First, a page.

Mauritius has recorded what could be considered its first local case of Covid-19 since April 26. The patient had returned from Australia at the end of October, and was tested positive on arrival. He was therefore handled as per the established protocol. That is, he was admitted at the ENT Hospital for further monitoring and management.
At the end of the period of quarantine at 14 days he was tested negative and therefore sent home. However, several days later feeling unwell he attended one private clinic, and was found to be positive. He was therefore sent back to ENT Hospital. In the meantime, staff of the clinic have been tested and have been placed in quarantine. Contact tracing is being carried out as well to identify any case that may have been contaminated.
It is a fact that several countries that had managed the Covid situation very well at the first outset of the disease are now facing a surge, and have had to impose restrictions, and even complete second lockdowns. It would be recalled that shortly into the pandemic, this possibility had been evoked, given the uncertainties about the behaviour of the virus and the difficulties in controlling its spread. It was felt that there may well be periods of lockdown followed by lifting of the lockdown – but we were warned that this pattern could be repeated as the pandemic unfolded. The term ‘rolling lockdown’ was used to refer to this phenomenon.
It now seems that this anticipated pattern has materialized in a number of countries – the rich European ones in particular. Till date we seemed to have been able to stave off the spectre of another lockdown after our initial one. Our economic woes are dire enough for us to not want another lockdown. So the question that arises is whether we are doing enough to control the situation. Undeniably we have a good track record compared to many other richer and more advanced countries, but that places on us the onus and the hope of remaining Covid-free.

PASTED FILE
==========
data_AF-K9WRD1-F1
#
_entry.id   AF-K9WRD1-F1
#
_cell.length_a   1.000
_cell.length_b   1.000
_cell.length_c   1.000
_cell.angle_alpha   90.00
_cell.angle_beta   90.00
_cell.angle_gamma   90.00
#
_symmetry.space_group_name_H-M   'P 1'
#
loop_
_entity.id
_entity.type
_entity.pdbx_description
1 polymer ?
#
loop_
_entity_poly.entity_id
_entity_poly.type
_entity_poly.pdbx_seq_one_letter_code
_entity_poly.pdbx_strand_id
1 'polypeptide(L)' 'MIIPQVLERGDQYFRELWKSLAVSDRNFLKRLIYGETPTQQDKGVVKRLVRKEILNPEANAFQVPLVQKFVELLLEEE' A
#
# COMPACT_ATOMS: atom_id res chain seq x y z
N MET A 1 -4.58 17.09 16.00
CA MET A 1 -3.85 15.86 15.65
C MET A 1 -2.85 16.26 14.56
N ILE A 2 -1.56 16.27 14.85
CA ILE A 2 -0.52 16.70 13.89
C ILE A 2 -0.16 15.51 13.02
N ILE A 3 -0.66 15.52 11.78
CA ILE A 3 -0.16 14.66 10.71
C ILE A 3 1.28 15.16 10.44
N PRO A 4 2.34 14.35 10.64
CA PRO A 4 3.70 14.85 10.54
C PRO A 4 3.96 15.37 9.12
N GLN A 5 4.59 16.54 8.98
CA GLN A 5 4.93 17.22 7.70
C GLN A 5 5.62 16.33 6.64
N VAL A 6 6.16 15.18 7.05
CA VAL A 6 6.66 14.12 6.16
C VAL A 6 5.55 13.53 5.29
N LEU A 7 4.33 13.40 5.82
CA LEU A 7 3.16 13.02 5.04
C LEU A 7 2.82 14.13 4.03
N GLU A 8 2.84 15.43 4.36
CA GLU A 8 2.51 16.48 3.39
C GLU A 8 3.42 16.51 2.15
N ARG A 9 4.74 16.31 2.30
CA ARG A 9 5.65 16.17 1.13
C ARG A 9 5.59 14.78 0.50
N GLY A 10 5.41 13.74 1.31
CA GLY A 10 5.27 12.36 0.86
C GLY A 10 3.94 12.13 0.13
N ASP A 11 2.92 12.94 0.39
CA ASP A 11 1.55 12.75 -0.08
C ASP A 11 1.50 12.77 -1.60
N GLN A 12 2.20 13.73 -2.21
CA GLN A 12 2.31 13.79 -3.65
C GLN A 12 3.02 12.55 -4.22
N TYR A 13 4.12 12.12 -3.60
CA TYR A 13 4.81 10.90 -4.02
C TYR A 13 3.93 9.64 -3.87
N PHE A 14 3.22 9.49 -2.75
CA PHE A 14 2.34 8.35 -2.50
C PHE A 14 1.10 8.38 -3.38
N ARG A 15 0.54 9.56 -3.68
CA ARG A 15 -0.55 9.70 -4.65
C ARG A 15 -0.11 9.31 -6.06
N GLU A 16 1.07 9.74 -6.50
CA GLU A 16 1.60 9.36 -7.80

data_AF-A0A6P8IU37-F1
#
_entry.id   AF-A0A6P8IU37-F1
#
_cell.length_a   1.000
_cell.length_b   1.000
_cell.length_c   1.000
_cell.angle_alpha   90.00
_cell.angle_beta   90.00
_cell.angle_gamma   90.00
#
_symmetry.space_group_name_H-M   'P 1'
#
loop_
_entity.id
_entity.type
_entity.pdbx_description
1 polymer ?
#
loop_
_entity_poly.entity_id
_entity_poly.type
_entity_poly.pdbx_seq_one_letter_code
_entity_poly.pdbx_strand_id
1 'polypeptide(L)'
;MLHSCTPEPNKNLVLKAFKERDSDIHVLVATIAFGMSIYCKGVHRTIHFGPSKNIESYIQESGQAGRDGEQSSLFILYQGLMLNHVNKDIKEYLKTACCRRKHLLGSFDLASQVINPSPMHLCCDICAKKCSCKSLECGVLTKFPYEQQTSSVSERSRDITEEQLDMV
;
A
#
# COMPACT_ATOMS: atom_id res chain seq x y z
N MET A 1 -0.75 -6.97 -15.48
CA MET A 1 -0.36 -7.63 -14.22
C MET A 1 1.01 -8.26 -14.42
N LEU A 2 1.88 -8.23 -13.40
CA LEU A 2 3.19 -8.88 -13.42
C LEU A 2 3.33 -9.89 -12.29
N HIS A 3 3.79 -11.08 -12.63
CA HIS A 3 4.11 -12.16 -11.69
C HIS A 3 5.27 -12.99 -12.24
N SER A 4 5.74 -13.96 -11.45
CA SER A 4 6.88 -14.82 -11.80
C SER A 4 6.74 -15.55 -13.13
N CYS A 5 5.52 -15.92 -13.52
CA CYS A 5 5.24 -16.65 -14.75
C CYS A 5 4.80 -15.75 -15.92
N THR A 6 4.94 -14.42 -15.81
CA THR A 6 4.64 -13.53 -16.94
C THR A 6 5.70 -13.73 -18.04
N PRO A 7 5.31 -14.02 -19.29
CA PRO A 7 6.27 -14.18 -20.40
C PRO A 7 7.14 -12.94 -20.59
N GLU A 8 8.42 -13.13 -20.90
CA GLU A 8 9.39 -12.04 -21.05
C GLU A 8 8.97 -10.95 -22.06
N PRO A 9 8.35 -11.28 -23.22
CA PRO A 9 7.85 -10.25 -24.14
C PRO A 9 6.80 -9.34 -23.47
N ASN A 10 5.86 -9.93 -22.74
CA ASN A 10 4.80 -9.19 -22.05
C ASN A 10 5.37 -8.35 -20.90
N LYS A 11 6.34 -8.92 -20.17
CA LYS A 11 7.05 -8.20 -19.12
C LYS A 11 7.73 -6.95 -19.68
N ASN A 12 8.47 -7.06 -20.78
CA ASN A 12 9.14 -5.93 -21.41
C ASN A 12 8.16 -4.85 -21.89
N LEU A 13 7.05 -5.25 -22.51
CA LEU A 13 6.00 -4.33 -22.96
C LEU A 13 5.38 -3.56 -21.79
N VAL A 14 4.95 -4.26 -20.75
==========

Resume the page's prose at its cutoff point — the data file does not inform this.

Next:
Elsewhere, in the North hemisphere, winter is coming, and this is the influenza period for both Europe and North America. This is likely to aggravate the Covid situation.
We are entering summer and therefore less likely to develop the cold. But we still have to be vigilant and to protect ourselves by implementing the recommended measures – namely, social distancing, washing our hands with plain soap and water, using hand sanitizer and avoiding touching, wearing a mask, and keep mentally strong.
Is there a need to revisit the protocol that is in place? How reliable are the tests being carried out? The population needs to be reassured about the validity of the measures being taken, and given clear advice about what they are expected to do to prevent themselves and others from catching the infection.
* Published in print edition on 13 November 2020